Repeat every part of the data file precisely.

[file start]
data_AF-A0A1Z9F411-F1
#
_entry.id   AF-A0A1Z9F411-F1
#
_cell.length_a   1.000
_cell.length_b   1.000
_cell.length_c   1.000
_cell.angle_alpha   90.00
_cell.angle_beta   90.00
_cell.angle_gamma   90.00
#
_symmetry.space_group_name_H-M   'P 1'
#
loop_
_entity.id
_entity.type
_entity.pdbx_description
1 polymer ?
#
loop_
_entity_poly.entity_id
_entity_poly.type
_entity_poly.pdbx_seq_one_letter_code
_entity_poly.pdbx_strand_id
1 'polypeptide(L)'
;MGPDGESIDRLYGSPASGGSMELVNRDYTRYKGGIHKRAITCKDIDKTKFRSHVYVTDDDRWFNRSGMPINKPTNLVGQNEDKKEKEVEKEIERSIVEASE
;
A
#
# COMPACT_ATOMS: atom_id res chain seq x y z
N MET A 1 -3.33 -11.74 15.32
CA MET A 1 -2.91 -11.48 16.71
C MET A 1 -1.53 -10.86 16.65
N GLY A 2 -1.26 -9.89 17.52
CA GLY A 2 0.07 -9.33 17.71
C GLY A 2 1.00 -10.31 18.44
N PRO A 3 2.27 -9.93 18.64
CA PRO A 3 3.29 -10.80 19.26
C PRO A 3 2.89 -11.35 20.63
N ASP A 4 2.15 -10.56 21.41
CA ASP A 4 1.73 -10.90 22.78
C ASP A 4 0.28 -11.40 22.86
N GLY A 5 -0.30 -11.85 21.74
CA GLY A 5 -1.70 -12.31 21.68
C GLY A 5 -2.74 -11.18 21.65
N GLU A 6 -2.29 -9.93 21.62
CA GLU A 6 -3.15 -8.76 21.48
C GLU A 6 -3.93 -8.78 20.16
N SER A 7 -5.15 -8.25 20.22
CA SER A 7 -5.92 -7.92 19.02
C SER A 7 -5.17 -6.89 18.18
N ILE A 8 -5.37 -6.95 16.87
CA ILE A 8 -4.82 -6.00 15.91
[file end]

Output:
data_AF-A0A1Z9F411-F1
#
_entry.id   AF-A0A1Z9F411-F1
#
_cell.length_a   1.000
_cell.length_b   1.000
_cell.length_c   1.000
_cell.angle_alpha   90.00
_cell.angle_beta   90.00
_cell.angle_gamma   90.00
#
_symmetry.space_group_name_H-M   'P 1'
#
loop_
_entity.id
_entity.type
_entity.pdbx_description
1 polymer ?
#
loop_
_entity_poly.entity_id
_entity_poly.type
_entity_poly.pdbx_seq_one_letter_code
_entity_poly.pdbx_strand_id
1 'polypeptide(L)'
;MGPDGESIDRLYGSPASGGSMELVNRDYTRYKGGIHKRAITCKDIDKTKFRSHVYVTDDDRWFNRSGMPINKPTNLVGQNEDKKEKEVEKEIERSIVEASE
;
A
#
# COMPACT_ATOMS: atom_id res chain seq x y z
N MET A 1 -3.33 -11.74 15.32
CA MET A 1 -2.91 -11.48 16.71
C MET A 1 -1.53 -10.86 16.65
N GLY A 2 -1.26 -9.89 17.52
CA GLY A 2 0.07 -9.33 17.71
C GLY A 2 1.00 -10.31 18.44
N PRO A 3 2.27 -9.93 18.64
CA PRO A 3 3.29 -10.80 19.26
C PRO A 3 2.89 -11.35 20.63
N ASP A 4 2.15 -10.56 21.41
CA ASP A 4 1.73 -10.90 22.78
C ASP A 4 0.28 -11.40 22.86
N GLY A 5 -0.30 -11.85 21.74
CA GLY A 5 -1.70 -12.31 21.68
C GLY A 5 -2.74 -11.18 21.65
N GLU A 6 -2.29 -9.93 21.62
CA GLU A 6 -3.15 -8.76 21.48
C GLU A 6 -3.93 -8.78 20.16
N SER A 7 -5.15 -8.25 20.22
CA SER A 7 -5.92 -7.92 19.02
C SER A 7 -5.17 -6.89 18.18
N ILE A 8 -5.37 -6.95 16.87
CA ILE A 8 -4.82 -6.00 15.91